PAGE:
Last week, ShopVisible co-founder and CEO Sean Cook discussed the future of B2B commerce with 3M’s global digital marketing leader Keith Haig. The two executives were adamant that there are numerous opportunities available for businesses that want to become involved in B2B e-commerce. But, where does a company start?
It’s simple, really.
Just think B2C. Wait, what?
According to Cook and Haig, taking certain B2B tactics and applying them to a B2B initiative will reap serious benefits.
Using The Customer Experience
In their discussion, Cook and Haig explained that the important thing to remember is that B2B companies are filled with people, and those people are going to expect their business experiences to be similar to their personal experiences.
“An expectation in the B2B environment is for that same high quality experience in their roles as purchasing agents and other positions,” Haig said.
For example, the duo compared the BlackBerry to the iPhone. At first, the iPhone was considered a toy, while BlackBerries were meant for work. Individuals often had one of each, the executives explained. But over time, the customer experience won out, the users spoke and “dragged the business world along with them.”
“I think we’re seeing the same thing in B2B commerce,” Cook said. “They will drag us into the modern age of experience and interconnectivity and automation – whether we like it or not.”
So what exactly does this mean? Essentially, customers want control. Starting in 2010 was the “age of the customer.” With technology evolving each day, consumers have access to infinite information at their fingertips. It only makes sense that they’ll expect the same connectivity when it comes to their work life. If a business is unable to move with that, then it runs the risk of becoming irrelevant or extinct.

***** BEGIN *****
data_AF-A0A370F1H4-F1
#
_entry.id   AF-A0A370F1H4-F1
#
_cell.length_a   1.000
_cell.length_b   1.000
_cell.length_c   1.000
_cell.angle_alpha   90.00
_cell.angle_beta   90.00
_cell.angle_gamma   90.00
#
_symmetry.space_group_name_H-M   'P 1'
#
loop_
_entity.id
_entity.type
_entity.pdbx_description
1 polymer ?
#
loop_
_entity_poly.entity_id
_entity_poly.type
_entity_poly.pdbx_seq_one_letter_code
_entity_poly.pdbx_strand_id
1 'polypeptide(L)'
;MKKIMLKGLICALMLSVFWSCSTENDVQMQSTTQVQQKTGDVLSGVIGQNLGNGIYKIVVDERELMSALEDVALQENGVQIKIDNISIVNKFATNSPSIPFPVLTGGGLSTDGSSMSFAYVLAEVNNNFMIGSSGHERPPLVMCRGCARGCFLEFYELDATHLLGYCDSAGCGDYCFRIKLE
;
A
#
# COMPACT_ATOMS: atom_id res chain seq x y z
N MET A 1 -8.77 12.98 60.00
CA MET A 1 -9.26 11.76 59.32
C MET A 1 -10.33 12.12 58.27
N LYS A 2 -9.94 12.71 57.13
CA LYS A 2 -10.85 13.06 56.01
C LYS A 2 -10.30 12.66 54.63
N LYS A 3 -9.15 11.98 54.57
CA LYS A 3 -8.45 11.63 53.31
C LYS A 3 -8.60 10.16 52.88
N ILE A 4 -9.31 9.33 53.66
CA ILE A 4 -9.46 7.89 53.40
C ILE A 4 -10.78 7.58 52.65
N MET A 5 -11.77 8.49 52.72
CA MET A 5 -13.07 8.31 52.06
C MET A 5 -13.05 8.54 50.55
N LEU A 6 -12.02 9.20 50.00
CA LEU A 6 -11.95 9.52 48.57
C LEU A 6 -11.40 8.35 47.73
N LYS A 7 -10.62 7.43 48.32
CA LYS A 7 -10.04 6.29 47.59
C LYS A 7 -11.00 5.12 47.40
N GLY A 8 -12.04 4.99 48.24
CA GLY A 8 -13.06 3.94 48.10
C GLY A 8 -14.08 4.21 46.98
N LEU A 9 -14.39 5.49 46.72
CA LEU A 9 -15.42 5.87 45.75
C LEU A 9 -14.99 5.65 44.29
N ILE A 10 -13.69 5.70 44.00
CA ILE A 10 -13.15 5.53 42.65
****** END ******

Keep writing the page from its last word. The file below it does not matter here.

Omnichannel: It’s Not Just About Commerce
Another key point in Cook and Haig’s discussion was that it’s important for businesses that want to enter the B2B field to keep their customers’ entire journey in mind – not just the buying journey. Essentially, it’s all about serving your customer, regardless of whether that customer is an individual buyer or someone who is part of a larger firm.
“Business buyers will take their business elsewhere if the experience is not streamlined,” Haig said.
According to the duo, this might mean that a business will have to throw their previous organizational chart out the window. Cook referenced the “sales funnel,” and how in an age ripe with technology, that model is not necessarily current. It is not longer as simple as finding a customer and taking them step by step through a strict sales process.
Now, Cook said that the order of operations looks more like the New York City subway chart: there is inner connectivity and the customer interacts at many different points of interest. Additionally, they are able to let themselves on and off as they please.
Convenience and Profitability
Overall, Cook and Haig said that businesses must ensure that they are willing to service their customers like a B2C company. Individual consumers have been introduced to many conveniences in their personal lives, which is why they will expect those same luxuries in their professional lives.
Companies that are unable – or unwilling – to disrupt their previous sales structure will most definitely struggle. With the rise of the internet, it’s easier for organizations to choose a different supplier or third-party vendor. The playing field is leveled online, the duo said.
B2B is no longer a “closed universe,” and it is important for businesses in that sector to understand that fact. Apply a B2C mindset to your B2B commerce, and you will have a better chance in keeping your customers happy.